Working in a text mine – Taming

Lately there is one book I really enjoy reading. Taming the text. Why do I think topic is worth mentioning? We have never had such time as now before. Information is all around us. Data is cheap and we may find it everywhere. Do you want to mold your data and convert it into information? Up to you. How to automatize it? What if we could tame, subdue text.. There we have data/text mining.

For whom

questions-1922477_640At the beginning I was reading about the beast called text. Who is working with text? You are scientist – that’s you. Journalist? Of course. Student reading books, preparing to exams? Yes. Developer or IT worker who wants to improve her/his skills? Voila. Wants to analyze your system behavior? Go for it. Each one who is looking for answers and ask questions this is you.

You need it

There are few facts&questions making me realize I need it too. How many times was I looking for information in company’s documentation, how many documents and mails I am receiving, and how much out from it I am able to read and comprehend?  That is true : world has produced around 1.8 Zetta Byte of data until 2011. Imagine how big effort is required to find useful information in it.  Research IDC in 2009 gave following results:

Average time in middle-size IT-related company spent on finding information is around 9 hours a week

We could multiply these numbers with number of people, considering their money they earn we can spot a perfect room for improvement. These costs can be reduced.


Understanding text is hard.  This is unique to you, mr Human, that you are able to read and comprehend text, e.g. this one… From informatics puzzle-1746552_640perspective you have complex abilities to process textual data, analyzing words, stopwords, understanding syntax, fighting with flection (some languages), getting what is the subject of sentence and what is goal of an author. Implementing that in automatically requires effort. Effort in work that can be done only using some tools.


Of course you can hardly find programmer who doesn’t have some tool to work with any IT-related problem. Book I have mentioned at the beginning also tells about some tools helping to tame the text: Solr, Mahout, OpenNLP.  But I would like to humbly mention my favorite tools, not mentioned in the book : elastic Elasticsearch (basing on the same engine that Solr), and fast Spark.  Langugages? Python, Java. Maybe R? One thing is the most important, use right tools to right tasks.

Be elastic. Search.

Why am I elasticsearch’ing

What does it mean to do IT? What is information? Information is not data. It is data that has been crunched and digested, so we can learn something about that. Do you have some text PDFs or Word documents that make you sick everytime you try to search them? No more! Behold the tool

the tool

Elasticsearch is my hobby. Not only as ELK part. Can be easily entangled to work with any data. This data is in your files. Underneath there is information.


Here in this repo you will find doc searcher. You can run it locally. Make your documents searchable. How does it work?

Step #1 Run engine – Elastic

Following is about Elastic version = 5 you have embedded mechanism ingest not tested by me yet.

Elasticsearch will accept all docs. There is great libary written in Java for attachments – Tika. Based on that guys made fancy plugin mapper-attachment that can be found here. Follow instruction matching your Elasticsearch version to install that using good old bin\plugin install. After running successful plugin installation you should have list of at least one plugin:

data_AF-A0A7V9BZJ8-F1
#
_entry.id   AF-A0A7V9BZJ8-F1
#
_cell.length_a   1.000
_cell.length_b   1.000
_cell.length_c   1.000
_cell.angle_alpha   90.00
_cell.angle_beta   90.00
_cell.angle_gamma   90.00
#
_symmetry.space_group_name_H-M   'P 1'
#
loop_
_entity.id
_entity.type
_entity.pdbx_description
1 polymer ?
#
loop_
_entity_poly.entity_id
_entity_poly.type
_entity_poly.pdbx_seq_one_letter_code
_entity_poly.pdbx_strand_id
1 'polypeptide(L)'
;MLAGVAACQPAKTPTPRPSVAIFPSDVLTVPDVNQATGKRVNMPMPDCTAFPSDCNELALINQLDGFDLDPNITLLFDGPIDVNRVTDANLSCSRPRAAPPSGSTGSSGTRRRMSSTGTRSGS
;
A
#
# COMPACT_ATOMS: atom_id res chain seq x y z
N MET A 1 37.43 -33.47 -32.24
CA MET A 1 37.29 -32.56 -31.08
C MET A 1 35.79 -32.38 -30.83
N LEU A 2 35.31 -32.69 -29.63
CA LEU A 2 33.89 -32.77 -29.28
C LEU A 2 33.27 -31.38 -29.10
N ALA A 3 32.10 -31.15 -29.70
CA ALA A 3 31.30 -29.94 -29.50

[code lang=”bash”]
>> bin\plugin.bat list
Installed plugins in D:\p\elasticsearch-2.4.0\plugins:
– mapper-attachments

Step #2 Index docs – Python

You could pass all of document contents manually using Sense or Postman but it could be little troublesome. That’s why automation is good. So I have wrote some Python script that can do it. There is Python3 needed. You just run the python app and it indexes by default all contents of folder files_to_index to your local ES instance. Python library for that is very cool, you just type the following and it opens up connection happy and ready for any query.

[code lang=”python”]
from elasticsearch import Elasticsearch
HOST = ‚http://localhost:9200’
es = Elasticsearch([HOST])

Step #3 Browse your docs – Browser

Let us show indexed docs! I have made little js browser. You can also check how does it look with scoring for each document. Just run web/view.html and type anything in input at this ultra-simple html page.

right tool to right task

If you only have a hammer, you tend to see every problem as a nail.

Elasticsearch is not a database but search engine. It doesn’t come without cost – indexes with words from all documents can take some space. But whenever you encounter issue with search please consider search tool.

CodeEurope – subiektywna relacja z Warszawy (PL)

Słowo wstępne

Gdy to piszę CodeEurope Warszawa 2016 to już historia. Ale że nie minęło dużo czasu (w sumie to godziny) to napiszę coś na świeżo.



Wczesna pora. Wrocławskie drogi były puste jak nigdy. Znacznie ułatwiło to drogę na dworzec. 5:30 odjazd pociągu. Pełen luksus jak zawsze w polskiej kolei : klimatyzowane ciepłe wagony, kawa na pokładzie, laptop z „długą baterią” i prąd pod siedzeniem – EIC jest sprawcą mojego dev-rozwoju!

Pierwsze wrażenia i oczekiwania

Stadion narodowy w Warszawie to nie tylko całotygodniowe lodowisko, na konferencyjnym 2. piętrze rozstawiła się cała świta małego polskiego światka IT wraz ze wszystkimi panami i paniami ładnie reklamującymi swoją firmę która na koniec i tak okazuję się takim samym smutnym korpo albo niedojrzałym startupem jak poprzedni wpis w CV 😛
Cóż tam oni, zaraz zaczyna się pierwszy wykład na który jestem spóźniony, bo jednak idealny pociąg okazuje się nie być idealnym do końca – mimo „ekspresu” w nazwie jest 15 minut później. Zdyszany wpadam na 1. wykład. Szczególnie oczekiwany. Najbardziej byłem ciekaw wywodów kolegi z Amazon/Google nt. silników wyszukiwania i osławionego Crockford’a rozprawiającego o ciemnych stronach JS.


Pozwolę sobie w kilku słowach opisać to co zapamiętałem korzystając z niektórych prelekcji.

Szukamy i skrobiemy – O’Neall

W fascynującym So, how do Google, Bing and Yahoo work? pan O’Neill opisał działanie silników wyszukiwania. Indeksy którymi panowie w wyszukiwarkach operują to na prawdę BIIG data. Nie byłem świadomy że na prawdę ogrom pracy wykonują ludzie – którzy ręcznie oceniają i kategoryzują teksty. Machine learning potrzebuje czasem ludzkiego czynnika. Nie wiem czy wiesz ale Ty też wspierasz wyszukiwarki. Każdym zestawem słów uczysz mechanizm że są to słowa powiązane, dzięki temu Twojemu następcy będzie już łatwiej.